Putting IIoT into Operation for Business Results

by | Apr 6, 2016 | Industrial IoT

Jim Cahill

Jim Cahill

Chief Blogger, Social Marketing Leader

I did a quick Google search on the Industrial Internet of Things (IIoT) and it yield about 588,000 search results. You can see quite a bit about on the web and across the social networks that discuss process automation-related topics.

But what is future and what can be done today? Emerson’s Jonas Berge provided attendees of the IoT Asia 2016 conference in Singapore with some practical ideas of what they could do this year to improve process operations productivity, health, safety & the environment (HS&E), reliability & maintenance, and energy efficiency.

IoT-Asia-2016-JB-imageHis presentation, Realize Industrial Internet of Things Benefits in Your Plant Before 2016 is Up, described typical applications in these areas, some of the sensing devices now available to make it possible and the value to process manufacturers and producers that can be attained.

In the area of reliability and maintenance, Jonas described how IIoT devices could improve equipment reliability, process availability & integrity and reduce maintenance costs. For example, wireless devices such as vibration sensors can supply data to local or remote monitoring specialists to perform analysis and make recommendations to the plant operations and maintenance staff.

These wireless IIoT devices enable continuous monitoring on more than just the most critical and expensive turbines, compressors and pumps. Today, manual monitoring is perform and these checks are often performed too infrequently to catch problems early before they lead to abnormal situations.

IIoT-Sensor-MonitoringAnd, it’s not just wireless vibration transmitters that can help reliability and maintenance practices. Wireless acoustic monitoring can help uncover valve leaks, steam leaks and pressure relief valve releases. Wireless corrosion, temperature and power consumption monitoring can provide early warning and minimize the time operations and maintenance staff spend in hazardous locations performing routine inspections and tests.

See the presentation for examples of how these pervasive sensing devices can be used in energy efficiency, HS&E and increasing productivity through manual task automation.

IIoT Architecture

Jonas highlighted elements of the IIoT architect noting that many monitoring applications often bypass the distributed control system (DCS). For remote monitoring applications, it’s important from a cyber-security standpoint that these systems be totally isolated from the control and safety systems, so that no access can be gained via remote monitoring.

These remote monitoring systems are non-critical and not used for control and safety functions. They should provide automatic data collection and analysis. Where this data flows over 3G mobile networks, there should be no impact to the process in the event of network congestion and downtime.

Also, this non-process data used for asset condition monitoring is simple, non-confidential equipment diagnostics—the type of data plants traditionally share when collected manually with service providers. Confidential process data is not part of the remote monitoring system.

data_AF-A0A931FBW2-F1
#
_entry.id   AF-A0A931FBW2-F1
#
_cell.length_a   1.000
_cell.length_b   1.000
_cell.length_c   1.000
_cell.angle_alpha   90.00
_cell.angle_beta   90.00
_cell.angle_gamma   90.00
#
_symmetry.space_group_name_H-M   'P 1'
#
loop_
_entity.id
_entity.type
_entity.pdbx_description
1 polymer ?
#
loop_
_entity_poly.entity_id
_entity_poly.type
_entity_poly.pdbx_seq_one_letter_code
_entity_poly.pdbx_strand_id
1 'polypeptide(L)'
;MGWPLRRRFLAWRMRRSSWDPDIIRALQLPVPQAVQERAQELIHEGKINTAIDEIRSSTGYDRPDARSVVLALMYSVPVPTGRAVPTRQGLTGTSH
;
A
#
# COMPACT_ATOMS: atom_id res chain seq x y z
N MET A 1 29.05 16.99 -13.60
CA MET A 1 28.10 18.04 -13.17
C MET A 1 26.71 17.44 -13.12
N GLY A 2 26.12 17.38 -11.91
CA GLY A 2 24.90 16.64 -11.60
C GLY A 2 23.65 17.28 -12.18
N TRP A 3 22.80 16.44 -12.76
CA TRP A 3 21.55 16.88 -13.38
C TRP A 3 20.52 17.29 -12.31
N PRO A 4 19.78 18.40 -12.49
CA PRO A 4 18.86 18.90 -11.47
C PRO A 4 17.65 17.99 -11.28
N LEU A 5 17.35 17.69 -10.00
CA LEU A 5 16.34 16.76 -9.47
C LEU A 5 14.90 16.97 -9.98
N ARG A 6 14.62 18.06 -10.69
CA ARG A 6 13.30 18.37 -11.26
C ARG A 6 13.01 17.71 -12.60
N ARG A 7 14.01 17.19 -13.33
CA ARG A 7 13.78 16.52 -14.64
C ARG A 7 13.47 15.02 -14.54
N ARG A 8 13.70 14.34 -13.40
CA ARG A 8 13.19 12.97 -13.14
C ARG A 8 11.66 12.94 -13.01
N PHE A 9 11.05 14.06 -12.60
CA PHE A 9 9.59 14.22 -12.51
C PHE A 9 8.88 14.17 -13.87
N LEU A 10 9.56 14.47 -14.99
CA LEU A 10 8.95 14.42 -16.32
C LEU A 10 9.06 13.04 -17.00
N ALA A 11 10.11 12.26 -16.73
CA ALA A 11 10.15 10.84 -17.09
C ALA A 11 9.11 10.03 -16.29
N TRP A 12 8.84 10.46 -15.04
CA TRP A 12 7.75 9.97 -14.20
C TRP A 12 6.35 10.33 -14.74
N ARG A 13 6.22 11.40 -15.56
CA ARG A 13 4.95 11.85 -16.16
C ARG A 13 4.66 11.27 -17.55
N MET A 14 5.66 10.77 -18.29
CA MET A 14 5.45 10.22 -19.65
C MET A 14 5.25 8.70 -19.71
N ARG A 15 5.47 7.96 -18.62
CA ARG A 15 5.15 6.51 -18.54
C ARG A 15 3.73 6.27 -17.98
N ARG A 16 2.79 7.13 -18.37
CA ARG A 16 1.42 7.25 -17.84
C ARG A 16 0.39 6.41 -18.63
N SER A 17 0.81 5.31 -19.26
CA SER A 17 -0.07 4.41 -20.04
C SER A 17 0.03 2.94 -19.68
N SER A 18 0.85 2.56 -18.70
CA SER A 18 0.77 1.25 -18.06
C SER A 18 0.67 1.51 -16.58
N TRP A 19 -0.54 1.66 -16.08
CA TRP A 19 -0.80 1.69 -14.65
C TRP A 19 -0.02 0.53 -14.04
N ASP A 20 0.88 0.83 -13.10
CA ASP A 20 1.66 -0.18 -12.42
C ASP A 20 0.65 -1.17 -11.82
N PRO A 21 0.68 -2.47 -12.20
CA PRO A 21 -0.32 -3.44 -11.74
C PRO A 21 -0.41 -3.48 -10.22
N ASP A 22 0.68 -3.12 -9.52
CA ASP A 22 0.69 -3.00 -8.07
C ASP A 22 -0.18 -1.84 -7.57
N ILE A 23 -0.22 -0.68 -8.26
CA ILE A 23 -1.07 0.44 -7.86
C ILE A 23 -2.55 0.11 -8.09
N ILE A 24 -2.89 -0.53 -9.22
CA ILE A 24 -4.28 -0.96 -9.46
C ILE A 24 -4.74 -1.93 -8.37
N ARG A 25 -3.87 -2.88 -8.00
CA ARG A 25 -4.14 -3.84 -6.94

Common IIoT protocols include IEC 61784-1 Foundation fieldbus and IEC 62591 WirelessHART with well-defined application protocols including standard data types, parameters, blocks and semantics as well as device profiles for process instrumentation and device descriptions.

Business Models

He shared several business models based on three criterion: who owns and manages the instrumentation, who performs the monitoring and who performs the maintenance. This can range from solely the process manufacturer and producers to solely the equipment and service provider and every variation in between.

Jonas shared an example where monitoring was performed on 148 steam traps at a chemical plant in Singapore. This monitoring helped to uncover 34 failed steam traps as well as half of the steam traps that were bypassed. After the monitoring program was initiated, the bypassed traps were reduced to 4%. With repairs performed to leaking traps and a large number put back into service, steam savings were measured to be 7% resulting in significant energy savings.

Beginning on slide 25, Jonas outlines a deployment process. Take a look and see how you can start on the path to improved process operations productivity, health, safety & the environment (HS&E), reliability & maintenance, and energy efficiency.

You can also connect and interact with other industry and wireless experts in one of the Industry groups and Wireless group in the Emerson Exchange 365 community.

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The opinions expressed here are the personal opinions of the authors. Content published here is not read or approved by Emerson before it is posted and does not necessarily represent the views and opinions of Emerson.

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